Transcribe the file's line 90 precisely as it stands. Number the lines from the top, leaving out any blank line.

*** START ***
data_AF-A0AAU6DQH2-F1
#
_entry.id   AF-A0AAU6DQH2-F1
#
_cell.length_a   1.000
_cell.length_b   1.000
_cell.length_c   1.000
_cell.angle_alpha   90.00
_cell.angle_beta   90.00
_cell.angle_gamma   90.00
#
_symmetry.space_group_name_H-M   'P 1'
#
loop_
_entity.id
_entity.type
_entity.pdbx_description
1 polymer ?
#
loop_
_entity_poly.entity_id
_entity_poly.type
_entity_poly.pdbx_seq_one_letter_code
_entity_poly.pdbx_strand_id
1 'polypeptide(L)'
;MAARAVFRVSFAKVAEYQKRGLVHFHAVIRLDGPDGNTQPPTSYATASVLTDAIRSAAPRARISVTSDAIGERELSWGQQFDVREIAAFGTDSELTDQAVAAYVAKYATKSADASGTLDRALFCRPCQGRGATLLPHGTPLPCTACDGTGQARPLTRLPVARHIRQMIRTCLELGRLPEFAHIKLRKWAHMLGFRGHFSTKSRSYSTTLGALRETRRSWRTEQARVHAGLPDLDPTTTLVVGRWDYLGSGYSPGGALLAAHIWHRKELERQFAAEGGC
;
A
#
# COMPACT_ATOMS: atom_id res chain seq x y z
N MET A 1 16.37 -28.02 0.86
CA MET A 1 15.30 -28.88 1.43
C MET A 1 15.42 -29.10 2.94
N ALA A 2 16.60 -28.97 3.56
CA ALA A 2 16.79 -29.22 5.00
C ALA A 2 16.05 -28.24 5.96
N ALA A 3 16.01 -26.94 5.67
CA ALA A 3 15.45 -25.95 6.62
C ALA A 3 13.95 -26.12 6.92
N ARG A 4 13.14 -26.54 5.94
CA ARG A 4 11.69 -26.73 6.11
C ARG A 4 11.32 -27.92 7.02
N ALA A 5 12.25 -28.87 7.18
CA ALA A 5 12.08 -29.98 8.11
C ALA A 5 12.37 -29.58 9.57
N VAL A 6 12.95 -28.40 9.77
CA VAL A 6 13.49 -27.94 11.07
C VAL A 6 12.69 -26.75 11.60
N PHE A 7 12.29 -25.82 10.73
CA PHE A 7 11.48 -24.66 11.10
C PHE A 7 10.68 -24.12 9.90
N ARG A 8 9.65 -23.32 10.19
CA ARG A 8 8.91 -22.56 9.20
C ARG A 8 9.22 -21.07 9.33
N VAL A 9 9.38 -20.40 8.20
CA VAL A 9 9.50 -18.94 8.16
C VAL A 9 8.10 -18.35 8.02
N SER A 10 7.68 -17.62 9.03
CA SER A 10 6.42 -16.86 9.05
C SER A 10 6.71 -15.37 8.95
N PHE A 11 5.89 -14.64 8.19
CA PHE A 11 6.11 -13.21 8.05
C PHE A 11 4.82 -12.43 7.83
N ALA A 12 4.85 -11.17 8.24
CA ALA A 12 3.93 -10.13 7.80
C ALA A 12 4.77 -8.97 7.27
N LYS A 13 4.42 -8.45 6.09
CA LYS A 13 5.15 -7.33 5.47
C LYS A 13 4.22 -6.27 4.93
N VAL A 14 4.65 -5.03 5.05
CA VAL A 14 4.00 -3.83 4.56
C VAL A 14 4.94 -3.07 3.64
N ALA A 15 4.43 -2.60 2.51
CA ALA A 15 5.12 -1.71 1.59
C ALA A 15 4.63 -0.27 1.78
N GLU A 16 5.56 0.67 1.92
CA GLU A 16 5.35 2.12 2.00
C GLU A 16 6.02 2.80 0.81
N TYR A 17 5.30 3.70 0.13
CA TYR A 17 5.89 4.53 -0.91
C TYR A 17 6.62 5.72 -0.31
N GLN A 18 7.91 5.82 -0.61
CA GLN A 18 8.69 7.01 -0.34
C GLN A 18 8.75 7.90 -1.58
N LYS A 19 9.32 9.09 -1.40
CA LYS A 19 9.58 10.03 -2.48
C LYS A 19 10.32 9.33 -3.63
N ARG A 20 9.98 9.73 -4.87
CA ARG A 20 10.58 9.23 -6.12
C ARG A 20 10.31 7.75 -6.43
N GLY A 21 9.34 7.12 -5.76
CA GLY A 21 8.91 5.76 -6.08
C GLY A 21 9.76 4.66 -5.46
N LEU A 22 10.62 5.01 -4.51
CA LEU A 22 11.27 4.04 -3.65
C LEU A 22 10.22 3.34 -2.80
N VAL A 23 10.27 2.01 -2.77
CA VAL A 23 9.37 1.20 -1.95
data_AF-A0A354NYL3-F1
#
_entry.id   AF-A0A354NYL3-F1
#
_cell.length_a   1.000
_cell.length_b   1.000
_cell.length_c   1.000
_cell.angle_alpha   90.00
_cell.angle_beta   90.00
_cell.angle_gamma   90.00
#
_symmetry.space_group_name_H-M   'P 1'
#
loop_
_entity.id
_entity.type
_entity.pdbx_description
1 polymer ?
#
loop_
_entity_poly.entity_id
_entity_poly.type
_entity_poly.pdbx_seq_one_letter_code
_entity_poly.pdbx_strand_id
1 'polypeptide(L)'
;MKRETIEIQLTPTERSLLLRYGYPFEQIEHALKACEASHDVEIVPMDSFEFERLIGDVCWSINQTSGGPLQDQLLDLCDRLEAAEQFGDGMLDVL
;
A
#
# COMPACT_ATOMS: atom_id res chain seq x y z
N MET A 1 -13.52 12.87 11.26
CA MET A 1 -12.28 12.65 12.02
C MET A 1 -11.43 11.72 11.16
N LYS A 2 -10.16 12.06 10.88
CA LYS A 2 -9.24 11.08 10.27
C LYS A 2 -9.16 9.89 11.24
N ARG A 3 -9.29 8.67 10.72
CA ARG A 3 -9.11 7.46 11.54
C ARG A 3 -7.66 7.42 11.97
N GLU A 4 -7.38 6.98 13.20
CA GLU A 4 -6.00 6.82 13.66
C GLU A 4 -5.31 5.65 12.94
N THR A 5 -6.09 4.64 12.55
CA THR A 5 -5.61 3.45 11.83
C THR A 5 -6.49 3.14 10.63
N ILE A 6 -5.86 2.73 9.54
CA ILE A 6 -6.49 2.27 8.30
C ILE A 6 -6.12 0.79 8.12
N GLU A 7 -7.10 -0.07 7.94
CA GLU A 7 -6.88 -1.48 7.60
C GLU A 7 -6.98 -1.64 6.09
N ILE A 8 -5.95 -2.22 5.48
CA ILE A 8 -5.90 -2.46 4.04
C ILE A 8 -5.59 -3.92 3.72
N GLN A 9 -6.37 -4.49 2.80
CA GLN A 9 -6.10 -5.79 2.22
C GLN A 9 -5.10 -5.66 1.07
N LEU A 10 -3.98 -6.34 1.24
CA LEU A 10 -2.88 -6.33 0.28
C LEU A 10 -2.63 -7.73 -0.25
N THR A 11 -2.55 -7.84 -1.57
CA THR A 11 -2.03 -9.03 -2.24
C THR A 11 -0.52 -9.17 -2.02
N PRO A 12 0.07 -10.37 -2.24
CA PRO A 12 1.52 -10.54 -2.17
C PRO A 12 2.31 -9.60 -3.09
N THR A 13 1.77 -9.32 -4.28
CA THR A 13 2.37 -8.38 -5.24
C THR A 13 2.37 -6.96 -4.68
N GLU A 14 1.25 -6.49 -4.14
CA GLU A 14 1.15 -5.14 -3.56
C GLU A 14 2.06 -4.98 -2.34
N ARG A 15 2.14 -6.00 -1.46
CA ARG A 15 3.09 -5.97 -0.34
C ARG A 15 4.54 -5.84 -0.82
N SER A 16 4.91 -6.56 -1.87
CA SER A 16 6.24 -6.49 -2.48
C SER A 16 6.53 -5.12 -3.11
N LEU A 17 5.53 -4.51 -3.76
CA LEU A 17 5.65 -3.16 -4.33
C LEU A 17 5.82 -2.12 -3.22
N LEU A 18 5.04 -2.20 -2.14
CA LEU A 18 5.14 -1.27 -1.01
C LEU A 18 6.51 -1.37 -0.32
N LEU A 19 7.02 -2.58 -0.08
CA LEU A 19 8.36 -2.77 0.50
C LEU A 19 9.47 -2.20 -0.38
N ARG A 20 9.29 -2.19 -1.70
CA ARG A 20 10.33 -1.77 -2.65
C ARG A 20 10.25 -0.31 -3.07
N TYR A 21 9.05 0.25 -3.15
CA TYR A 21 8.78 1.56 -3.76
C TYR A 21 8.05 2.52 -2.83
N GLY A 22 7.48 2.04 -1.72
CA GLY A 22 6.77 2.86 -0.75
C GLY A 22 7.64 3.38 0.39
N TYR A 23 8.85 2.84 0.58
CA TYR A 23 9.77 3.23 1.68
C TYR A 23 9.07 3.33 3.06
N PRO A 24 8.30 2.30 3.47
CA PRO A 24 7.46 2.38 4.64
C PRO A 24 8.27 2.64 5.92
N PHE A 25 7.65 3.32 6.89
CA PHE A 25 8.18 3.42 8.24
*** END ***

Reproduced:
C ARG A 20 10.31 7.75 -6.43